A plane lands in Sint Maarten. Visitors’ water needs come first on many islands that depend on tourism. Richie Diesterheft/Flickr, CC BY-SA

This competing demand for limited fresh water has reduced stream flows and led to water being drawn down from sensitive sources. In Dennery North, a major farming community in St. Lucia, water shortages have left residents collecting water from rivers and other sources for their homes and farms.

Unregulated extraction of groundwater can also worsen the problem. Many islands depend on groundwater.

For example, 90% of water supply in Barbados comes from groundwater, while in Jamaica it is 84%. However, increasing demand and changes in annual rainfall patterns are affecting the ability of aquifers or groundwater to recharge. As a result, supply isn’t keeping up with demand. This is a huge problem for the island of Utila, located off the coast of Honduras, where the current rate of aquifer recharge is only 2.5% annually. For comparison, Barbados has a recharge rate of 15% to 30% of annual rainfall.

2. Water-intensive tourism industry

It’s no secret that the Caribbean is a popular tourist destination, and tourist economies depend on vast quantities of water.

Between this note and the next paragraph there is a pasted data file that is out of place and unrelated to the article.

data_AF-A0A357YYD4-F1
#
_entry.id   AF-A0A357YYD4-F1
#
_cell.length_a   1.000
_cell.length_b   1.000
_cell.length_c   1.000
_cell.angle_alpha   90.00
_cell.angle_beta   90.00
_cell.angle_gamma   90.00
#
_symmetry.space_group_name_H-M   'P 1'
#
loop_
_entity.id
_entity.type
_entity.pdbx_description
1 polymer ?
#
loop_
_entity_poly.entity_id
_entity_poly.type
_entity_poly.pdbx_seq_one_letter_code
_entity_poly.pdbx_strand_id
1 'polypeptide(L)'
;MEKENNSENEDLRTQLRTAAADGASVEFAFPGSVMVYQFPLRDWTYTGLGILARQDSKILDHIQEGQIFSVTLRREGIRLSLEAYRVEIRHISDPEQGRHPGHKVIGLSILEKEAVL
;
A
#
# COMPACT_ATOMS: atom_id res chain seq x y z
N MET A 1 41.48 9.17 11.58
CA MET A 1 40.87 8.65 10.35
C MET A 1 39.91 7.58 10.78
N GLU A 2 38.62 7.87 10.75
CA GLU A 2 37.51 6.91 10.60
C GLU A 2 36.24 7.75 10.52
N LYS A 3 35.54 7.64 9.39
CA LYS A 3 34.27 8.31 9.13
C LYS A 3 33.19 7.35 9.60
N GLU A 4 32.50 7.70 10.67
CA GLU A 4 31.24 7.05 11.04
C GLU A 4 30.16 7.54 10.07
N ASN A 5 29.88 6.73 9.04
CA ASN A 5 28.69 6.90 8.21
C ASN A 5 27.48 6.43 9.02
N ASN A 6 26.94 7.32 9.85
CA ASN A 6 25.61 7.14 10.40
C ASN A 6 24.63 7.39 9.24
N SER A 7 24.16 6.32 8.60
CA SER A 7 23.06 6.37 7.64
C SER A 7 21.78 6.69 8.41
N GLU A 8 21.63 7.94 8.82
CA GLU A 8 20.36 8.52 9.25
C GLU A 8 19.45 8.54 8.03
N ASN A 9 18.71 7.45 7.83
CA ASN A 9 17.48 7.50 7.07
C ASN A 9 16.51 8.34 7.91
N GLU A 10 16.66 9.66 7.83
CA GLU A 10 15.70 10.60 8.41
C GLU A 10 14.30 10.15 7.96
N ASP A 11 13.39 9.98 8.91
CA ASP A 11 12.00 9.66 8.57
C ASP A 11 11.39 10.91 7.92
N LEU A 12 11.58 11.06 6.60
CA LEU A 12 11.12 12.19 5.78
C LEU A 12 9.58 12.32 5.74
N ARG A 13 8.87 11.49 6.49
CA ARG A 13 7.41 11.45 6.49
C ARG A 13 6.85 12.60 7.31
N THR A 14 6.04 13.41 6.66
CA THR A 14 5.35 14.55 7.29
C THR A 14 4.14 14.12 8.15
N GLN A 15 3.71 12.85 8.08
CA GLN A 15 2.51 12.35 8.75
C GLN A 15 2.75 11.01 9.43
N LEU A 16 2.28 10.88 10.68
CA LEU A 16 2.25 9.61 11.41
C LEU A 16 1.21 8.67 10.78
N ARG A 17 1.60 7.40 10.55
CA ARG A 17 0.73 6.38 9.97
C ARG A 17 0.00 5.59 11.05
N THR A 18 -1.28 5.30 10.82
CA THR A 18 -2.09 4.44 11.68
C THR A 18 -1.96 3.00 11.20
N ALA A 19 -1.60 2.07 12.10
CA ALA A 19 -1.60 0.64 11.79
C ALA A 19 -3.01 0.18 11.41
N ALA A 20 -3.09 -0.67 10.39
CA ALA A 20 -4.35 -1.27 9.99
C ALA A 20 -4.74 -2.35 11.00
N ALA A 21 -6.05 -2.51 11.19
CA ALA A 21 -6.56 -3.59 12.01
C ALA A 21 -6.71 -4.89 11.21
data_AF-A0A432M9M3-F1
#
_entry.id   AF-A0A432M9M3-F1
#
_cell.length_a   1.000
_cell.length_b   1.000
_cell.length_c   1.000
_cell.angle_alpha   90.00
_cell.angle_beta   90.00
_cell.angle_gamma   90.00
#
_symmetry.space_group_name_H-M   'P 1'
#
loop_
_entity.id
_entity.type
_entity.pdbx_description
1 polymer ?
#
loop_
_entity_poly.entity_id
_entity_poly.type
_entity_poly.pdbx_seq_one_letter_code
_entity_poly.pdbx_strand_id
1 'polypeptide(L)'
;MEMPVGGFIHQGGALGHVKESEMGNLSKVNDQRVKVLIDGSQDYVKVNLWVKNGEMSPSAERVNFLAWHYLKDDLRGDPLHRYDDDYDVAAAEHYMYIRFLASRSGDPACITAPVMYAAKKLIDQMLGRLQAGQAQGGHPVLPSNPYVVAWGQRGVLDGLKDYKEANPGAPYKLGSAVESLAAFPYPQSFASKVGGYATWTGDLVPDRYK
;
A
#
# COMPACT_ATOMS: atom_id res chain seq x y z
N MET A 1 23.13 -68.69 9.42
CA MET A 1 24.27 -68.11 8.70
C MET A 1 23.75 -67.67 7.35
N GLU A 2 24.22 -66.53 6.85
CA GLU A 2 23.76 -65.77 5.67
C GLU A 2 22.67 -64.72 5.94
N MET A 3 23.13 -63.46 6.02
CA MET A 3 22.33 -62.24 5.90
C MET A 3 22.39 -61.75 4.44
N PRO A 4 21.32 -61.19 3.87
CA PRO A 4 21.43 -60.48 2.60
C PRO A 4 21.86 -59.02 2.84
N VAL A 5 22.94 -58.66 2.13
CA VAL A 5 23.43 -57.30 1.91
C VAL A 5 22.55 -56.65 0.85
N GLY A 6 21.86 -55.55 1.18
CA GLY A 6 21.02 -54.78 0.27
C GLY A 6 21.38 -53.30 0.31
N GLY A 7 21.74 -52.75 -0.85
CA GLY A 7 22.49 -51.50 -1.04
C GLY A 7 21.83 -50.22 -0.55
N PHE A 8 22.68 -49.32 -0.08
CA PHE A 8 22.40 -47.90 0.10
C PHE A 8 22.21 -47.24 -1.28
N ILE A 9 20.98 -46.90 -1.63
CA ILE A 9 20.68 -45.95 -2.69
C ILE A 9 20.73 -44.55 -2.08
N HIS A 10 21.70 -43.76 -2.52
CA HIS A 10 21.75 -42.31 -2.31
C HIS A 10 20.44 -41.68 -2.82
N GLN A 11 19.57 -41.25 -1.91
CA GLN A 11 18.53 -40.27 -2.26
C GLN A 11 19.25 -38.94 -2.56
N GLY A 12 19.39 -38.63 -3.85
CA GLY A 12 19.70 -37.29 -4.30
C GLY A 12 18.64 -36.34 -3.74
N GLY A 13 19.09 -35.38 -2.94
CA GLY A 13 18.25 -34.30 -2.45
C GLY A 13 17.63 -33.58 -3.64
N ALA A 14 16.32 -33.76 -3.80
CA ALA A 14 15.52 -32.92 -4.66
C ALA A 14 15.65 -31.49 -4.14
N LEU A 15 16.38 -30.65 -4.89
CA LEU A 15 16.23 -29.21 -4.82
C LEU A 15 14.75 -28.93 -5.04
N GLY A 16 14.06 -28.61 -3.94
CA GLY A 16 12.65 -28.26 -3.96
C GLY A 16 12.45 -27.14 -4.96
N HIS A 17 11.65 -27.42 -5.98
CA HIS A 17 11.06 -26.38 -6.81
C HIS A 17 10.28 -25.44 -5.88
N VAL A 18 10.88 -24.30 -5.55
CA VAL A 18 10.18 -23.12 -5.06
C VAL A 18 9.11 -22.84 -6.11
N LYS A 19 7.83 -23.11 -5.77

Even during water rationing, water is diverted to hotels and other tourist-dependent sites first. That can leave local residents without water for hours or days at a time and facing fines if they violate use restrictions.

Tourism not only increases the consumption of water but also the pollution of water resources. Building golf courses to attract more tourists further increases tourism’s water demand and runoff.

3. Weak water infrastructure governance

Another problem water systems face is weak governance that leads to excessive loss of treated water before it even reaches the customer.

A well-performing water utility will usually have water losses – known as nonrevenue water – below 30%. In the Caribbean, the average nonrevenue water is 46%, with some as high as 75%.

The reasons range from lack of appropriate management practices to metering inaccuracies, leaks and theft.

Climate change and extreme weather worsen water insecurity

These troubled water systems can struggle on good days. Worsening extreme weather, such as hurricanes and flooding, can damage infrastructure, leading to long outages and expensive repairs.

The Caribbean is the second-most disaster-prone region in the world. The islands face frequent earthquakes, landslides, devastating hurricanes and other destructive storms. As global temperatures and sea levels rise, the risk of extreme weather and storm surge causing erosion, flooding and saltwater contamination increases.

Three months after Hurricane Maria hit in 2017, well over 14% of the Caribbean population was still without potable water. Hurricane Dorian in 2019 left Grand Bahama Utility Co. and the country’s Water and Sewerage Corp. with U$54 million in damages. A year after Dorian, WSC was “still working on restoring operations to pre-Hurricane Dorian levels.”